Bumped

I got bumped yesterday. Emotionally, not physically. In general, I consider myself to operate on a relatively even keel. Steady. Unflappable. But over time, I am coming to realize that as stresses pile up, I feel shaky and uncertain.

Like many people, the uncertainties of COVID-19 has had a significant effect upon me. I have been aware of a simmering anxiety for a couple of weeks now, a whispering shadow that lurks in the cobwebbed corners of my mind. It hasn’t devolved into full blown panic, yet its murmuring is incessant.

Even after nearly 25 years as a trained counselor, I continue to learn new lessons about my emotional life. One of the things that I have more recently discovered is that anger is my prime emotion, what those who are familiar with the Enneagram might call my core passion. But my anger rarely boils over, it simmers. When we were first dating, my wife would often say “Jason got so angry about that.” Not coincidentally, I would get irritated when she said that because I truly did not believe I was an angry person. I didn’t blow up or yell. Twenty-five years together and I’m beginning to understand she was right. I am continuing to work on understanding the complex interplay of my emotions, but one thing is becoming more obvious to me: I am likely to experience a variety of emotions as variants of anger. When I get anxious, it may come out as irritation. When I feel sad, I can feel resentful. Shame leads to self-deprecation.

COVID-19 and all of the changes it has brought in its wake has made me anxious and sad, but I am also discovering that those emotions are spilling out as anger, resentment, or irritation. Two mornings ago, I felt irritated that my son was breathing too loudly and I told him to breathe more quietly. Yesterday, a friend shared a political position that was different than mine and I could feel irritation boiling up within me. It spilled over as I expressed how tired I am of all of the divisiveness. My gut reaction was to view him as guilty, but I quickly recognized those same tendencies within myself, Paul’s words in Romans 2:1 (NIV) flashed through my mind, “You, therefore, have no excuse, you who pass judgment on someone else, for at whatever point you judge another, you are condemning yourself, because you who pass judgment do the same things.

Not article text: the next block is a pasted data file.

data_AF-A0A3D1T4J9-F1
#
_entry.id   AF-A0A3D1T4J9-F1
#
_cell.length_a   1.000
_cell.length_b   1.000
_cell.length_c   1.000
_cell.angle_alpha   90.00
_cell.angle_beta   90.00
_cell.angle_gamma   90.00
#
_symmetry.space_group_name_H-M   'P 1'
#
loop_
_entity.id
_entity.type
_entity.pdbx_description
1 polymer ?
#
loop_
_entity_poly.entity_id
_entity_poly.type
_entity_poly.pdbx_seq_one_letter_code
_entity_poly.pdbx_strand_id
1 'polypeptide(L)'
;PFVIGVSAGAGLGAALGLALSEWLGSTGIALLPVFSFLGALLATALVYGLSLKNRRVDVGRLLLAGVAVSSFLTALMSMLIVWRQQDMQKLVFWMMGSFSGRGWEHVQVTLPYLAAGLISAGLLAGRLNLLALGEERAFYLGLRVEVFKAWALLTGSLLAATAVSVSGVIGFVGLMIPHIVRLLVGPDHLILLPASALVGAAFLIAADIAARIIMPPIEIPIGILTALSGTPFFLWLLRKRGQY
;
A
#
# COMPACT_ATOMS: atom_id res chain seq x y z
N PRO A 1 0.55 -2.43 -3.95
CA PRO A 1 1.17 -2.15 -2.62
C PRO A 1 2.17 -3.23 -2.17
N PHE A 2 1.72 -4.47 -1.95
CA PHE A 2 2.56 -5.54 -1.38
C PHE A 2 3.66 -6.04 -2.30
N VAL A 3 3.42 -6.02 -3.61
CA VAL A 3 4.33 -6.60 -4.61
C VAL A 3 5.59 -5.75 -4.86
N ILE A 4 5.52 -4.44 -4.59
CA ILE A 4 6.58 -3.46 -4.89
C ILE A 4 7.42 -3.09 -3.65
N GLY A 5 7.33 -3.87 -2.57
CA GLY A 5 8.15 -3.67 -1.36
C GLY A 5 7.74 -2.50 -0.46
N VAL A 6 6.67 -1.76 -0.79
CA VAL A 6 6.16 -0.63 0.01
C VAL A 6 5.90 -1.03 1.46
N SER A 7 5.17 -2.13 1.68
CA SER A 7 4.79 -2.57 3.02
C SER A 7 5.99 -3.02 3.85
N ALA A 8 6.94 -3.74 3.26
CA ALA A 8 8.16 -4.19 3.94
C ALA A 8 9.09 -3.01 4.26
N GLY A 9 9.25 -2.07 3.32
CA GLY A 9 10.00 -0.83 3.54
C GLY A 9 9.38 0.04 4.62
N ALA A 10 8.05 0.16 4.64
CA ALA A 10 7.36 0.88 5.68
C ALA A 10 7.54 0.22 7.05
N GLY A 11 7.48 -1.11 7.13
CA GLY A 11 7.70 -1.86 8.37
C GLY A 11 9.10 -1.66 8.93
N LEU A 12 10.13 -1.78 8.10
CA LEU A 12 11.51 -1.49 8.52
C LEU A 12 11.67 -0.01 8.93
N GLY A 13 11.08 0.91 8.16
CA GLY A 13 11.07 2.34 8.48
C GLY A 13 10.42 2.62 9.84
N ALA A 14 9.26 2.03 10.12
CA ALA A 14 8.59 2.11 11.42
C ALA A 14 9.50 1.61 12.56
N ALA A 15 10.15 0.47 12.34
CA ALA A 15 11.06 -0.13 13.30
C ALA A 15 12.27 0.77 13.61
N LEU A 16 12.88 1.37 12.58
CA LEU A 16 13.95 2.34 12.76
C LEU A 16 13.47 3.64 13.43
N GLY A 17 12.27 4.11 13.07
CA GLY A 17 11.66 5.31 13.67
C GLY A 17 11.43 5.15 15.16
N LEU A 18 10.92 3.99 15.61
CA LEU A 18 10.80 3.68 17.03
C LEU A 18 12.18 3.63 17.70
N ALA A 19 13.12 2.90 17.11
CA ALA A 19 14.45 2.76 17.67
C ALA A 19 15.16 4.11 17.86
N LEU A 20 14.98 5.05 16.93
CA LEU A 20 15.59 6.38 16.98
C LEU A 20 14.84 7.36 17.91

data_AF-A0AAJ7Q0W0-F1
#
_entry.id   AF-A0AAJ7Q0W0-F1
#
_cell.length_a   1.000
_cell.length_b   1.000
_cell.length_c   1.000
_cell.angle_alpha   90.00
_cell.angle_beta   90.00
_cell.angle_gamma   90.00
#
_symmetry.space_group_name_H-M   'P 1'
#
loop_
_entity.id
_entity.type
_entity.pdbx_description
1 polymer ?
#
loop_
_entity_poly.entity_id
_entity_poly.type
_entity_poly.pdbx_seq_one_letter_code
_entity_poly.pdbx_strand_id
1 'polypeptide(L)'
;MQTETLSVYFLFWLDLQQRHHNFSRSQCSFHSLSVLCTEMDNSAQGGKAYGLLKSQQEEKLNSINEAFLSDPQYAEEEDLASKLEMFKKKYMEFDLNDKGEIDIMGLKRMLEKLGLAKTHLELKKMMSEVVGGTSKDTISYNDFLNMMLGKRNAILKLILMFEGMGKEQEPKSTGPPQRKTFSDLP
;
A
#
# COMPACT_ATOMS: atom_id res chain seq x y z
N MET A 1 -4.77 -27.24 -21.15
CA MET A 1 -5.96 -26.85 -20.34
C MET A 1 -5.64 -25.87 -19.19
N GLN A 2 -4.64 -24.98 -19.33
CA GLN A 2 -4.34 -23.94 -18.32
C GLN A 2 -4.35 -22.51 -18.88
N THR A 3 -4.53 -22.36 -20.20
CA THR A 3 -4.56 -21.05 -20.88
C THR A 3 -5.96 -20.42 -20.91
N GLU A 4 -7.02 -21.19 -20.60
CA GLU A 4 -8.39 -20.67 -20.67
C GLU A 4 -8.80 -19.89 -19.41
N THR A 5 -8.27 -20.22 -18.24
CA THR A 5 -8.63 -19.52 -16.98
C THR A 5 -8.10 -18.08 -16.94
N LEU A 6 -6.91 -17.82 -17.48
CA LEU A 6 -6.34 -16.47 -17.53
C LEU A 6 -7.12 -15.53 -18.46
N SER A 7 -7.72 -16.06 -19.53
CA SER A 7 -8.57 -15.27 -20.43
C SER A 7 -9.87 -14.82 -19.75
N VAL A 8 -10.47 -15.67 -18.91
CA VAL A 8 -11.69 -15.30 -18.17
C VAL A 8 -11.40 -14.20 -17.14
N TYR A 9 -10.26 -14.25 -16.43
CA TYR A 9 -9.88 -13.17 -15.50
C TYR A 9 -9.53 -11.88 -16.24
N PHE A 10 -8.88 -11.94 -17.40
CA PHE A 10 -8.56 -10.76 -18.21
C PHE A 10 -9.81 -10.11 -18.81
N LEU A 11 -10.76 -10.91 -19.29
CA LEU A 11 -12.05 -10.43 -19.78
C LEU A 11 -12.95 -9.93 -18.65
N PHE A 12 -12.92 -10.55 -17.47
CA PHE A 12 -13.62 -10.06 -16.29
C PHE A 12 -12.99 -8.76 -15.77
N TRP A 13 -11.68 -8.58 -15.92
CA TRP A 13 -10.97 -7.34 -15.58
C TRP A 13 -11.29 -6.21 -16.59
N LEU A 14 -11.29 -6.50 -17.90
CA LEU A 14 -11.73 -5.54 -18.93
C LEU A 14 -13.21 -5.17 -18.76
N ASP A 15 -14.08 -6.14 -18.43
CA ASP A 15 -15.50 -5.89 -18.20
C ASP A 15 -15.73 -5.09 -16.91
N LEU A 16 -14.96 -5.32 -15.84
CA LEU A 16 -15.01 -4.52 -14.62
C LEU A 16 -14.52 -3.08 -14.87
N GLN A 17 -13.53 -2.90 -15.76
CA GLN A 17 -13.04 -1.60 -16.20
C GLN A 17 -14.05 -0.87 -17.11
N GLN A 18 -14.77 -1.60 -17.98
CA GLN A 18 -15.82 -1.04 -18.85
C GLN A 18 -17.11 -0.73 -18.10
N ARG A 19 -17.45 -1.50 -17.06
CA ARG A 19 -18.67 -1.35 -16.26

I long for serenity regardless of circumstance. I want to develop an internal stillness that remains steady even when I am bumped. If my cup runs over, I want it to overflow with the love of Christ and not with anger.

I want to conclude with the text of this prayer from Reinhold Niebuhr, a prayer that was adapted by Alcoholics Anonymous as the “serenity prayer.” My friend Perry, a fellow pilgrim who has been helping me to see the impact of my anger, shared this version yesterday.

God, give me grace to accept with serenity
the things that cannot be changed,
Courage to change the things
which should be changed,
and the Wisdom to distinguish
the one from the other.

Living one day at a time,
Enjoying one moment at a time,
Accepting hardship as a pathway to peace,
Taking, as Jesus did,
This sinful world as it is,
Not as I would have it,
Trusting that You will make all things right,
If I surrender to Your will,
So that I may be reasonably happy in this life,
And supremely happy with You forever in the next.

Amen.

What is Reconciliation?

He [Jesus] was supreme in the beginning and—leading the resurrection parade—he is supreme in the end. From beginning to end he’s there, towering far above everything, everyone. So spacious is he, so roomy, that everything of God finds its proper place in him without crowding. Not only that, but all the broken and dislocated pieces of the universe—people and things, animals and atoms—get properly fixed and fit together in vibrant harmonies, all because of his death, his blood that poured down from the cross.-Colossians 1:18-20, The Message